Raw milk debate reignited in Wis. Legislature

Published on September 11, 2013 12:07PM

Last changed on September 12, 2013 9:40AM

MADISON, Wis. (AP) — The debate over legalizing raw milk sales in Wisconsin has been reignited in the Legislature.

A bipartisan bill allowing farmers to sell unpasteurized milk in “America’s Dairyland” was scheduled for a public hearing Wednesday, with a large coalition of opponents from the dairy industry and medical community expected to testify against it.

Supporters argue the government shouldn’t get in the way of farmers who want to sell raw milk to willing customers who say it tastes better and is healthier before it is pasteurized, the process that kills harmful bacteria and extends shelf life.

Opponents say that selling unpasteurized milk is unsafe and could lead to an outbreak of food-borne illnesses such as E. coli or salmonella that would put the state’s $26 billion dairy industry in jeopardy.

The Wisconsin Farmers Union, which advocates for family farms, and the Wisconsin Raw Milk Association are the only organizations registered to lobby in support of the bill. Seventeen groups, including the Dairy Business Association and the Wisconsin Medical Society, are on the record as opposing the bill.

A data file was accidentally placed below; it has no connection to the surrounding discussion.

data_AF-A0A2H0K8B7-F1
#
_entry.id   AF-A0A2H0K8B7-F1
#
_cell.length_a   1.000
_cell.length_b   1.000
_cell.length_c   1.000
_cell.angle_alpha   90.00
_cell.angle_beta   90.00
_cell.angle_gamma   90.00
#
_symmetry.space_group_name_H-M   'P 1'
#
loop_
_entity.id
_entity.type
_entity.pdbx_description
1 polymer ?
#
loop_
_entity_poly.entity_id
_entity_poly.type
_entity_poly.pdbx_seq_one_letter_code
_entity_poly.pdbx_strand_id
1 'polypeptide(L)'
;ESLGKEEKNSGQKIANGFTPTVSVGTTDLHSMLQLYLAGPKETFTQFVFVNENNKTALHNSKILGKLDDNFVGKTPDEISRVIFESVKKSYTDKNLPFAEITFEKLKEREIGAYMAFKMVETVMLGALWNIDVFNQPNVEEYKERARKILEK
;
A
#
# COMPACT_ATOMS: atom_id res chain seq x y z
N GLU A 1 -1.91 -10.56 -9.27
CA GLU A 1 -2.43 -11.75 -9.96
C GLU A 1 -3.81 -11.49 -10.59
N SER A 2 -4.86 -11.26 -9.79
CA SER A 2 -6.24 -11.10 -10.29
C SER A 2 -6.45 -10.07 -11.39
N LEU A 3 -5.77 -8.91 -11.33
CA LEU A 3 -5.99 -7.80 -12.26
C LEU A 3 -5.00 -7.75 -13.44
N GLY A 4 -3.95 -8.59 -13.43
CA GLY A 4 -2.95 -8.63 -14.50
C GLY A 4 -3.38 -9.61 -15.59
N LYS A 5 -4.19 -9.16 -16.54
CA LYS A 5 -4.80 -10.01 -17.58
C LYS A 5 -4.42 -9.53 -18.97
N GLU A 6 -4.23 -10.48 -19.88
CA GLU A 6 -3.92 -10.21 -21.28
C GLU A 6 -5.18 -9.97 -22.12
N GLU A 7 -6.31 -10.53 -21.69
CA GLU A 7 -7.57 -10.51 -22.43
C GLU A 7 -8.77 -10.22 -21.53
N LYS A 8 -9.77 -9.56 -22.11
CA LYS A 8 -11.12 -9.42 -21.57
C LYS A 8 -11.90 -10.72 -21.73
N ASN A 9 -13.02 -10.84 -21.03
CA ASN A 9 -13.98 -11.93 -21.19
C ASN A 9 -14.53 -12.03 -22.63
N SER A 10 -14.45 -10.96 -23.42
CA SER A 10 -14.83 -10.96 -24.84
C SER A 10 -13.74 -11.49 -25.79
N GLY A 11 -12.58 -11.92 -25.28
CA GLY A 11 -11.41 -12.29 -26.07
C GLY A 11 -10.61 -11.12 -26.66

The measure was introduced by longtime raw milk advocate Sen. Glenn Grothman, R-West Bend, and also has Democratic co-sponsors in the Assembly.

The merits of legalizing raw milk sales in Wisconsin have been debated for years. The closest the law came to changing was in 2010 when Democrats, who controlled the Legislature at the time, passed a bill expanding sales. But then-Gov. Jim Doyle, also a Democrat, vetoed it citing safety and health concerns.

From 1998 through 2011, there were 148 outbreaks of food-borne illnesses due to consumption of raw milk or raw milk products reported to Centers for Disease Control Prevention. Those resulted in 2,384 illnesses, 284 hospitalizations, and two deaths.

Gov. Scott Walker, a Republican, said two years ago he would sign a raw milk bill if it had the proper health protections, but more recently he has voiced concerns about what legalizing raw milk sales would mean for Wisconsin’s dairy industry.

The issue has taken on greater urgency following a highly publicized raid of a Sauk County farm by state investigators in 2010. The farmer, Vernon Hershberger, sold raw milk through a private buying club. He was charged with producing, processing and selling milk without proper state licenses but acquitted by a jury earlier this year.

The case became a rallying point for raw milk advocates.

Wisconsin law only allows for incidental sales. The bill up for a hearing Wednesday would legalize all sales made on a farm like Hershberger’s that are directly from the producer to the customer. Broader retail sales would still be outlawed.

The federal government doesn’t allow sales of raw milk because of concerns about food-borne illness, but states can allow them as long as the milk doesn’t cross state lines.


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